Today’s meeting of the Council for Common Interests (CCI) decided to postpone the census to a later date instead of holding it as planned in March. The government cited the lack of teachers, army personnel and the failure to register Afghan refugees as the reasons behind this latest delay. While security is a legitimate concern, Ishaq Dar’s meeting with GHQ over the weekend seemed to have borne fruit, with the army reportedly agreeing to provide more than the initial number of 100000 soldiers promised for security. If the Army is willing to provide more security even with Zarb-e-Azab in full swing, the government’s hesitation to carry out the census does not hold weight. It is also unsettling to know that the government is unable to find enough teachers even when the government schools are supposedly improving on their teacher attendance rate. Registering Afghan nationals is a separate issue entirely, and carrying out both exercises simultaneously is possible, and indeed, even preferable, because the census will help in locating any refugees that have been missed in the registration process.

The Pakistan Bureau of Statistics (PBS) latest recommendation to hold a manual census, after a large portion of preparatory work has been done for a computerised census is inexplicable. This latest suggestion from PBS indicates that its staff is not ready to handle a computerised census. The computerised system will take roughly three months for the results of the census while the manual process could take well over 18, which makes the former a much more practical option given the urgency of the need for accurate statistics.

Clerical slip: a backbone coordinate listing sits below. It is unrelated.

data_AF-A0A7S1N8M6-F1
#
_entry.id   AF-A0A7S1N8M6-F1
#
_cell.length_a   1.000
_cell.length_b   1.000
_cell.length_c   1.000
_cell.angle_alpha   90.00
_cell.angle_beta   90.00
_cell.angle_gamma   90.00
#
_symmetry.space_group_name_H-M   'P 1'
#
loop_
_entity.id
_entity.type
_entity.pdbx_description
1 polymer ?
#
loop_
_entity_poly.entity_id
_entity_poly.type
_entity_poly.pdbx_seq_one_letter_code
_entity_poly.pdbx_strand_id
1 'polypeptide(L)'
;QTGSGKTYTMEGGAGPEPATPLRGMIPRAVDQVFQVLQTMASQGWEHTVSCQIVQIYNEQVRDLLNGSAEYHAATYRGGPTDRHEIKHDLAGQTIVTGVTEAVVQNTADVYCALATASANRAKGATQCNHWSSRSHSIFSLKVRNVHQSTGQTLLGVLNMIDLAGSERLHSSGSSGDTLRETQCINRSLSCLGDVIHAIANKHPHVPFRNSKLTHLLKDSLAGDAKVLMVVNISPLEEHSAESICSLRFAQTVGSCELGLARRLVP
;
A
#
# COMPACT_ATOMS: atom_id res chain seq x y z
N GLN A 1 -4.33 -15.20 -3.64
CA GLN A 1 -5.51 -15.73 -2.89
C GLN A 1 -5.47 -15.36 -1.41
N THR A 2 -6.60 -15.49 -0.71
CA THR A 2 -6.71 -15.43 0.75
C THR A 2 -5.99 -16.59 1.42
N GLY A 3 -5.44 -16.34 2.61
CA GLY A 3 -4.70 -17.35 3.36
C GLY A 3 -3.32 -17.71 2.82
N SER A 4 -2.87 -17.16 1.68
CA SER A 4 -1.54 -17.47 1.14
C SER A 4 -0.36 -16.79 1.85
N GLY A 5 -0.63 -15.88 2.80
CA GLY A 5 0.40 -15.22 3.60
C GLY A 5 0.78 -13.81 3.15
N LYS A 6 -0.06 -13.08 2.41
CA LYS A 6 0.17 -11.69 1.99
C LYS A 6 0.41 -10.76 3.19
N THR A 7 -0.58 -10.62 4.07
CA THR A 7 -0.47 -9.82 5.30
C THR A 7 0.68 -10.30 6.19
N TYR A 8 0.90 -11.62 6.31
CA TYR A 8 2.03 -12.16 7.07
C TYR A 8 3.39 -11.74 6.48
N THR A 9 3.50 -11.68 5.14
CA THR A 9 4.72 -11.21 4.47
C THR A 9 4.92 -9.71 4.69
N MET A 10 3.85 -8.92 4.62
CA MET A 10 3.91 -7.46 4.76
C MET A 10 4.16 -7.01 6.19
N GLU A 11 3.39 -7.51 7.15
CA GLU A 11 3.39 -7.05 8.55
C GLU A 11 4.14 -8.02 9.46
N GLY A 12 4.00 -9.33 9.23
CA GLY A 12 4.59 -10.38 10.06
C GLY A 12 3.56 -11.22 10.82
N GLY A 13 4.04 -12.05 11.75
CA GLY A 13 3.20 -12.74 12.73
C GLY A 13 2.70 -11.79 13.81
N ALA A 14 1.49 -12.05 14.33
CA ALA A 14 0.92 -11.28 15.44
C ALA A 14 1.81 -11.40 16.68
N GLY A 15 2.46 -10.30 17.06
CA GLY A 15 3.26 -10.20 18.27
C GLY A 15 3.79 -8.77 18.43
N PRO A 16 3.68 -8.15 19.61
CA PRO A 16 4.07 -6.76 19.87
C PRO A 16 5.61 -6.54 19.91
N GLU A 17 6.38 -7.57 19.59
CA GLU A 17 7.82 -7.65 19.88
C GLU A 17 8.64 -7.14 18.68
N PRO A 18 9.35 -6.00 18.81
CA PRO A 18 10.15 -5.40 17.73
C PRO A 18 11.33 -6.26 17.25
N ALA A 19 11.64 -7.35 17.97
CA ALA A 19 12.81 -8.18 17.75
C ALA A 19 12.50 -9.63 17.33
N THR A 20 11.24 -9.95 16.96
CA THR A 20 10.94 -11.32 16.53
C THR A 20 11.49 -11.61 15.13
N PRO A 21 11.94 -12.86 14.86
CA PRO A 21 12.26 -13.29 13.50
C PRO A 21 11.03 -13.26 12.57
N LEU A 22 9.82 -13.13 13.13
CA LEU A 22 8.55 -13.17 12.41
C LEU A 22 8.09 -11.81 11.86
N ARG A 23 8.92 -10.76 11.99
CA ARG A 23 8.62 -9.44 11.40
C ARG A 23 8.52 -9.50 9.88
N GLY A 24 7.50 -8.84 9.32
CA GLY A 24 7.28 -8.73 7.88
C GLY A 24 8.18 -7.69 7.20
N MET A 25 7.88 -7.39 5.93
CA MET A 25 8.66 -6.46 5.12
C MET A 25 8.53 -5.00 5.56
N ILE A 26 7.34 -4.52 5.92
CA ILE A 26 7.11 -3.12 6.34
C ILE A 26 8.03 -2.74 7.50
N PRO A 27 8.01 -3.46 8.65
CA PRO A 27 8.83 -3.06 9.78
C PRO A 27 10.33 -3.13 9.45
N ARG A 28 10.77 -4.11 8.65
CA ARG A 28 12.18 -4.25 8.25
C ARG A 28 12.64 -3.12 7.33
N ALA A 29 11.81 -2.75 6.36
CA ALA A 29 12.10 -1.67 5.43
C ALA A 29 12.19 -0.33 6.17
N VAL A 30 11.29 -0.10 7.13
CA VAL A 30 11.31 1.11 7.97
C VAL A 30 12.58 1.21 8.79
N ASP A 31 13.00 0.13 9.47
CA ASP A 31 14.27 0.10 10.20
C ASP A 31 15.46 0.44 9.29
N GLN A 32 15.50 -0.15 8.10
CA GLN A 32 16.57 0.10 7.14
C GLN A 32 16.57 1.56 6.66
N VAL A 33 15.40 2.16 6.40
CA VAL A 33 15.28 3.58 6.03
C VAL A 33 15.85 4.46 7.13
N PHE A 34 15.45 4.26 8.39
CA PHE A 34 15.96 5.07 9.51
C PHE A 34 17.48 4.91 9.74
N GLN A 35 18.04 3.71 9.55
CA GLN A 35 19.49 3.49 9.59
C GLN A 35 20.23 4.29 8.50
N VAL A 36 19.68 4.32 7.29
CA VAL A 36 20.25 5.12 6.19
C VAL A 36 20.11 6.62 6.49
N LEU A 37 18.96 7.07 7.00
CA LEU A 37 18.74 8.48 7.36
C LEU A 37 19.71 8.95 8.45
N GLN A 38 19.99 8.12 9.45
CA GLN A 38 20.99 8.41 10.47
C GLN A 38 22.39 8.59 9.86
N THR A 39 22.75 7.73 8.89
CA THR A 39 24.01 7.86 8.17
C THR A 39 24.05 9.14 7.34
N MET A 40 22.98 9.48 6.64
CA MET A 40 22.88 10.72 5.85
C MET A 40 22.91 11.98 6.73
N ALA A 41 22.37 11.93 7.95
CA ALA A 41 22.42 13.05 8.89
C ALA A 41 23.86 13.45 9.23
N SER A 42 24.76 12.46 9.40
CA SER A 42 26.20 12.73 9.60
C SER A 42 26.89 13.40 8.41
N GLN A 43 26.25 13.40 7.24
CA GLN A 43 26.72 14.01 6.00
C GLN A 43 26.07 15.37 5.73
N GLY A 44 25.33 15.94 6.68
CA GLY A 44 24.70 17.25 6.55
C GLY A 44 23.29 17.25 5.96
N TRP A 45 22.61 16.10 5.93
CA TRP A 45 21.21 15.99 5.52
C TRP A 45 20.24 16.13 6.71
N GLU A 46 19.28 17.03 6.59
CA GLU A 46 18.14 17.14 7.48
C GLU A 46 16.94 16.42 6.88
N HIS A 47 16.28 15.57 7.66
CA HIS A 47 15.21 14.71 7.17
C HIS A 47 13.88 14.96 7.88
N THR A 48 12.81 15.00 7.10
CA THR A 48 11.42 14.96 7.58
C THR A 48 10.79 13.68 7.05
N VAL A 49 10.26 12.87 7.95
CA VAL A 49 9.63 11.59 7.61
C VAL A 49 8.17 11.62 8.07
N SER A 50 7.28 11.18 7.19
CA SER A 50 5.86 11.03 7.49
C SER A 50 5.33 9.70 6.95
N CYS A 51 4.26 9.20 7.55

The government’s lethargy in beginning the 18-day exercise is inexcusable because the census already comes eight years too late. Waiting for another year is not sensible, nor feasible. Rs 5 million of the budget has already been released, and moving this exercise to the next fiscal year makes no sense. The significance of the census in policy-making cannot be overstated, and no government can claim to make improvements to the standard of living without first knowing how many people it is catering to. Delineation of constituencies for all electoral polls in the country, the NFC Award and implementing ethnicity based quotas in governmental allocations are all based on inaccurate data that is only holding the country back from making crucial adjustments to its governance policies. With the next meeting of CCI scheduled on March 25, the government is sadly ignoring all calls to hold this all-important exercise without delay.